Your Keeper will publish transactions through this address. Your ethereum address needs to be accessible by seth, in order to deploy TxManager through Furthermore, when the Keeper is deployed and in operation, this address must contain some ETH for transaction costs as well as an amount of entry-tokens equal to the max-engagement set by the User. Follow these instructions to ensure seth can see your keystore and passphrase files.

If you'd like to start from scratch, install geth and use geth account new, to create a new account, set a passphrase, and place the passphrase into a <address>.txt file in the ~/Library/Ethereum/passphrase/ directory; the corresponding keystore file can be found in the ~/Library/Ethereum/keystore/ directory. Both the keystore and passphrase files will later be passed into the Keeper as an argument. Make a note of your Keeper Ethereum Address, its keystore file location and passphrase file location.

Deploy TxManager

A TxManager must be deployed and linked with the Keeper ethereum address in order to bundle multiple contract calls in a single ethereum transaction; this is what is called an atomic transaction, where the entire call set is successful, or the state remains unaffected. Once the DappHub Toolkit is installed, execute the following commands to deploy TxManager:

git clone
cd tx-manager
dapp update
dapp --use solc:0.4.25 build --extract

export SETH_CHAIN=kovan
export ETH_FROM=<your Keeper Ethereum Address e.g. 0xABC>
export ETH_GAS=2000000
dapp create TxManager --password /path/to/passphraseOfAddress.txt

The output of dapp create is the address to your TxManager

Deploy/Find a parity node

You need access to a JSON-RPC host that’s connected to a parity node. Unfortunately, Infura APIs are not connected to parity nodes, so you will need to find access to a remote endpoint (one example is or run a node on your local machine. An example of a remote node could be

Uniswap Exchange Addresses

You'll need to find the address to the Uniswap exchange corresponding to the entry-token as well as arb-token. To do that, call the getExchange(TokenAddress) at the Uniswap Factory contract to query the exchange addresses. You can do that here. For example, you can use the Kovan WETH token address and call getExchange(0xd0A1E359811322d97991E03f863a0C30C2cF029C)

Shell Script

As was mentioned before, let's make a shell script so that it's easy to run this Bot. For example, you're using Kovan Sai for the entry-token since you won't be exposed to the arb token's price exposure in between trades. Moreover, for kovan testing, you will be using the WETH/DAI pair, since liquidity is thin across the Kovan versions of MatchingMarket and Uniswap exchanges. Any NoneType errors are likely due to a lack of liquidity on either exchange and can be resolved once liquidity is added. As mentioned earlier, the min-profit and max-engagement arguments define how the keeper will operate. Maximum engagement refers to the amount of entry-tokens you would like to sell within the first leg of the trade, whereas minimum profit refers to the amount of profit gained from executing the arbitrage; both arguments are denominated in entry-tokens and in units of ether (in the below script, 1 SAI of min-profit would be 1 SAI). For example, the below script will trade with a max-engagement of 10 SAI, but only if the returned value from the trade results in at least 11 SAI.

Create a file called like below, insert the arguments relevant to your environment, make it executable, then run it!


In your file:

/full/path/to/githubClone/simple-arbitrage-keeper/bin/simple-arbitrage-keeper \
 --rpc-host '' \
 --eth-from '0xABC' \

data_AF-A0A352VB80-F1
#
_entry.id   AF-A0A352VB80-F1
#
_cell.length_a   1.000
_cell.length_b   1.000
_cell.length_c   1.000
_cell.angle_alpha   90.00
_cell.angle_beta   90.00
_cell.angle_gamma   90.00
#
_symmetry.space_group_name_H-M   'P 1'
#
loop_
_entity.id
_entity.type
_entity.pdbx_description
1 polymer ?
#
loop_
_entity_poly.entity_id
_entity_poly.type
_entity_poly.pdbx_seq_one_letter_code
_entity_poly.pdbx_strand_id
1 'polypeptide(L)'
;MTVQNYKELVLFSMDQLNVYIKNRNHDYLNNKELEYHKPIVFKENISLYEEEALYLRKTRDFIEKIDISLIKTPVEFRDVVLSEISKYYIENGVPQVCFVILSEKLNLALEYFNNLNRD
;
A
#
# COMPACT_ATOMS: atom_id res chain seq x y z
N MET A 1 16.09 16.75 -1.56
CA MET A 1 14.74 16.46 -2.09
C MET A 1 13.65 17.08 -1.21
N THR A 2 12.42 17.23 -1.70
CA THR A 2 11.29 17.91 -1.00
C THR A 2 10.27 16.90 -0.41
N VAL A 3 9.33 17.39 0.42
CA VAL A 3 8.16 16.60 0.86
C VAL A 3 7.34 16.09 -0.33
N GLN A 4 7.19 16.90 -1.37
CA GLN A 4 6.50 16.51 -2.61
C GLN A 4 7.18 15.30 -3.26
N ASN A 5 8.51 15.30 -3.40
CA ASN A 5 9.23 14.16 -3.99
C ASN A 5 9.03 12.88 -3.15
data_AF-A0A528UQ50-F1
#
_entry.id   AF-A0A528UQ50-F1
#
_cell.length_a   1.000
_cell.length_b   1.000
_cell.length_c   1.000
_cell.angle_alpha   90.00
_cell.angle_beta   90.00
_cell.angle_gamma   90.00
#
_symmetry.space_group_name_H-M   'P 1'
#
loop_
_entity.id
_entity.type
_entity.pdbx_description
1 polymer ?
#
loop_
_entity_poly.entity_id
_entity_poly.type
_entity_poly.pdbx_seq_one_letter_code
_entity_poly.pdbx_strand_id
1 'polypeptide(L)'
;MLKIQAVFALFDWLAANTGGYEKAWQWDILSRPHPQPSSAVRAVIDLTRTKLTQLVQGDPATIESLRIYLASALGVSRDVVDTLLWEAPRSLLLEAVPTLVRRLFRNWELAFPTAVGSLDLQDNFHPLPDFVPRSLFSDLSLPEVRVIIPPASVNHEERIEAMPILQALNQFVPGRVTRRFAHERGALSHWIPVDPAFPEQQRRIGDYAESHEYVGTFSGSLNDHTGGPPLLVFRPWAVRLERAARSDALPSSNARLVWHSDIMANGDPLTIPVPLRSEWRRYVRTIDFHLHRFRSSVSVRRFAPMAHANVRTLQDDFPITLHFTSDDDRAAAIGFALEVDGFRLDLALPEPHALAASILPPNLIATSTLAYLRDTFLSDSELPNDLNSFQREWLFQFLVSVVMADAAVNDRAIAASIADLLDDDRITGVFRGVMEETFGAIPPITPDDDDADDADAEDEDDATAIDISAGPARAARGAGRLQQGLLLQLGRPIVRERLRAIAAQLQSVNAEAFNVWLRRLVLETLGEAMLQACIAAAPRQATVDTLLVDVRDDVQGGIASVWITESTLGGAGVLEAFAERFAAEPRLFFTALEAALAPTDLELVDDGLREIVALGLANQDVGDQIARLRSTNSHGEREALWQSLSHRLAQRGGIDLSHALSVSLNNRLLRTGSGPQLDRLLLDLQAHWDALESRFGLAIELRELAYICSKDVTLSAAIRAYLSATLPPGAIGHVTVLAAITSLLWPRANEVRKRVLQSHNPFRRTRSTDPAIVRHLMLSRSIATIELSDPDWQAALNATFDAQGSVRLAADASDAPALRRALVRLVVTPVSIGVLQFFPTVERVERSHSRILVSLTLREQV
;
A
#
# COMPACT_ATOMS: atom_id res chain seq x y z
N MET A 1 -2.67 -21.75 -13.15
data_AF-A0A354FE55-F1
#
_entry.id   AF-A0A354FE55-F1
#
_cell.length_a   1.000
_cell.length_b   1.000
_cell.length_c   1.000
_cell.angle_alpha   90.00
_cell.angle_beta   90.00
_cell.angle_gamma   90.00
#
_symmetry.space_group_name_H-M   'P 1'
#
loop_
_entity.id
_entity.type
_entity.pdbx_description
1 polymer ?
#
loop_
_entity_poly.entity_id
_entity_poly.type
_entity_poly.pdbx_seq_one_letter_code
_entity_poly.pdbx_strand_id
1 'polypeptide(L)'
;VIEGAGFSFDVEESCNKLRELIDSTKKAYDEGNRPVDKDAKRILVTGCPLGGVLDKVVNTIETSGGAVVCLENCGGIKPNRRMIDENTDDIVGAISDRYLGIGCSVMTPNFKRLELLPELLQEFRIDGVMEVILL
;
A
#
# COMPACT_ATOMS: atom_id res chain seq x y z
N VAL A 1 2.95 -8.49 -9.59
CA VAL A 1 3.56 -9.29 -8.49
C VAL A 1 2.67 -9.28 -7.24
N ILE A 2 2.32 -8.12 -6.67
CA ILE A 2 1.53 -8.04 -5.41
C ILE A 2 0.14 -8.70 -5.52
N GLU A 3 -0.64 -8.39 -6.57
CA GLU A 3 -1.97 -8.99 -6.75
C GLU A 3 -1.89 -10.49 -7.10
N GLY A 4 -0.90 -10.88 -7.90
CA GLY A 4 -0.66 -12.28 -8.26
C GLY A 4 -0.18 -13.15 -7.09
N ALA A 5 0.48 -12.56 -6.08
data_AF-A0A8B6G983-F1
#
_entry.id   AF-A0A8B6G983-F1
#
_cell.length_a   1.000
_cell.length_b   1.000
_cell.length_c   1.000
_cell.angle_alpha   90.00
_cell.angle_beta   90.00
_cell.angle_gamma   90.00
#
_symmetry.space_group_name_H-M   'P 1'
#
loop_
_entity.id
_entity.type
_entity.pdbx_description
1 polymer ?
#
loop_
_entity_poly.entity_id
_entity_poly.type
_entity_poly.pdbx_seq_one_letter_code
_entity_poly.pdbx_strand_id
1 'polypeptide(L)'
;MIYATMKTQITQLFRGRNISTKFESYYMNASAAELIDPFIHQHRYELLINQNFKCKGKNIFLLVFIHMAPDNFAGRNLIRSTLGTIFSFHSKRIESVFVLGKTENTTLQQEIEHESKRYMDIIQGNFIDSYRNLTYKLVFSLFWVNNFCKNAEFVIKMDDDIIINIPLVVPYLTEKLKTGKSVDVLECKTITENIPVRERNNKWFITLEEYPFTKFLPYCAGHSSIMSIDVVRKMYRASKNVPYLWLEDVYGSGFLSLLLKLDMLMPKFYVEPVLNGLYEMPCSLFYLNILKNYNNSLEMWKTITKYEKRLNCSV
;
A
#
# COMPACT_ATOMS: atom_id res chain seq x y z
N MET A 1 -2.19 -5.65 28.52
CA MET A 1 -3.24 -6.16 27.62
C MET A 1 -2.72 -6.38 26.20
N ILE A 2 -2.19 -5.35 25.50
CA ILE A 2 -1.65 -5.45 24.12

--eth-key 'key_file=/path/to/keystore.file,pass_file=/path/to/passphrase.txt' \
 --uniswap-entry-exchange '0x47D4Af3BBaEC0dE4dba5F44ae8Ed2761977D32d6' \
 --uniswap-arb-exchange '0x1D79BcC198281C5F9B52bf24F671437BaDd3a688' \
 --oasis-address '0x4A6bC4e803c62081ffEbCc8d227B5a87a58f1F8F' \
 --oasis-api-endpoint '' \
 --tx-manager '0xABC' \
 --entry-token '0xC4375B7De8af5a38a93548eb8453a498222C4fF2' \
 --arb-token '0xd0A1E359811322d97991E03f863a0C30C2cF029C' \
 --arb-token-name 'WETH' \
 --min-profit 1 \
 --max-engagement 10 \

Make your Keeper executable, and run it!

chmod +x

Initial Startup

During the initial startup, several approval transactions will be sent to the tx-manager, and relevant exchanges. When complete, you'll see a “Watching for new blocks” message that indicates that the bot is now looping through the lifecycle.process_block() method; following that message and with every new block is a "Best Trade regardless of profit" message that acts as a "heartbeat" to the Keeper.

Kentons-Macbook:scripts kentonprescott$ ./
2019-10-19 17:21:57,463 INFO     Keeper connected to RPC connection https://...
2019-10-19 17:21:57,463 INFO     Keeper operating as 0xABCD
2019-10-19 17:21:58,523 INFO     Executing keeper startup logic
2019-10-19 17:22:04,820 INFO     Watching for new blocks
2019-10-19 17:22:13,983 INFO     Best trade regardless of profit/min-profit: -1.243077085275947008 DAI from Uniswap to Oasis

Nominal Operation

After the initial approval phase the Keeper's startup will look something like the below output and will continue to print "Best Trade ... " messages with every new block witnessed. When the keeper publishes a transaction, all relevant info will be logged and printed to the console. Finally, when you’d like to shut down the keeper, simply click CTRL-C, and it will gracefully shutdown.


During keeper operation, if the following error is shown, just CTRL-C and rerun:

ValueError: {'code': -32010, 'message': 'Transaction with the same hash was already imported.'}

Next steps


Here are some suggestions to improve the usability, versatility, and profitability of this keeper. The hope is that everyone tinkers with the parameters, runs the keeper for their own benefit, and eventually upgrades the bot to meet their risk tolerance and profit appetite.

  • Develop unit tests for each method
  • Use the Uniswap Factory contract to query the uniswap-entry-exchange and uniswap-arb-exchange addresses rather than requiring it as an argument
  • Rather than the default gas price implement a dynamic gas price strategy
  • Increase scope
  • Improve efficiency of TxManager
    • Is it really necessary to send all of the token balance to the contract during every atomic transaction?
  • Read the state of the MatchingMarket (OasisDex) contract rather than using the Oasis REST API
  • Send trade updates through a text/email Python API